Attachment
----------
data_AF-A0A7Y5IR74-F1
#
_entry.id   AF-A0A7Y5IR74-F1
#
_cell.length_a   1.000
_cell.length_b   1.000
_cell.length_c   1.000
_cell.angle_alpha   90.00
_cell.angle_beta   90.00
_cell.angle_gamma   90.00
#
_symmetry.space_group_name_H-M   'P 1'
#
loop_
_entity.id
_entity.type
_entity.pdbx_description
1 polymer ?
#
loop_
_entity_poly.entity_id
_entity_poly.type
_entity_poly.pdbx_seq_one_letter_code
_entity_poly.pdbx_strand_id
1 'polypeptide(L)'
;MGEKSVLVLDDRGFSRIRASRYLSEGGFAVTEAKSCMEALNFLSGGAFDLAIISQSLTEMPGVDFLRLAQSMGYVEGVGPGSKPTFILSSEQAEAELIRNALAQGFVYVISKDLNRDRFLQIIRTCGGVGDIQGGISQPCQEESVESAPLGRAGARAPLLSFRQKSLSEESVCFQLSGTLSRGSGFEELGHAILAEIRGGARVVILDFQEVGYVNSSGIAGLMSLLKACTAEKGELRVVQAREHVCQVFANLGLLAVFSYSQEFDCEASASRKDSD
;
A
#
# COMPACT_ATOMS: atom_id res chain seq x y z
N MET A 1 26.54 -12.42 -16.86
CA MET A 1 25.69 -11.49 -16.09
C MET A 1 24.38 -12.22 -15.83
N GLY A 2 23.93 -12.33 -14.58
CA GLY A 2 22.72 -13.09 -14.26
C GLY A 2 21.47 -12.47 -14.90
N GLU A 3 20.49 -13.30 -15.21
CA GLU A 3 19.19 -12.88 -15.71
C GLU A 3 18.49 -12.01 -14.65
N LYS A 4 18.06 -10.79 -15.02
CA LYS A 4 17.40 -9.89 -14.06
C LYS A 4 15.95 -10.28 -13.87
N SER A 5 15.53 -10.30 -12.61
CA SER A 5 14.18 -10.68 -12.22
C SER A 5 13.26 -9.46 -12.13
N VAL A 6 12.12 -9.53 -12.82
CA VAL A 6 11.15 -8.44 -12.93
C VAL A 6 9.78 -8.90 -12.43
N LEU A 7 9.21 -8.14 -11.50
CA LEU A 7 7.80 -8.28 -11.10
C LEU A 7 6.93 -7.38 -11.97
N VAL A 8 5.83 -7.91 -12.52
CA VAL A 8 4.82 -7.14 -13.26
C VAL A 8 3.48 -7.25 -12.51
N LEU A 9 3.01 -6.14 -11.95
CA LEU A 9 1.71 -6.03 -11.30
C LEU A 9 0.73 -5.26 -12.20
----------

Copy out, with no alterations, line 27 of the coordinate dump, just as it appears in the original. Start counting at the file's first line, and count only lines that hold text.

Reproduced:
;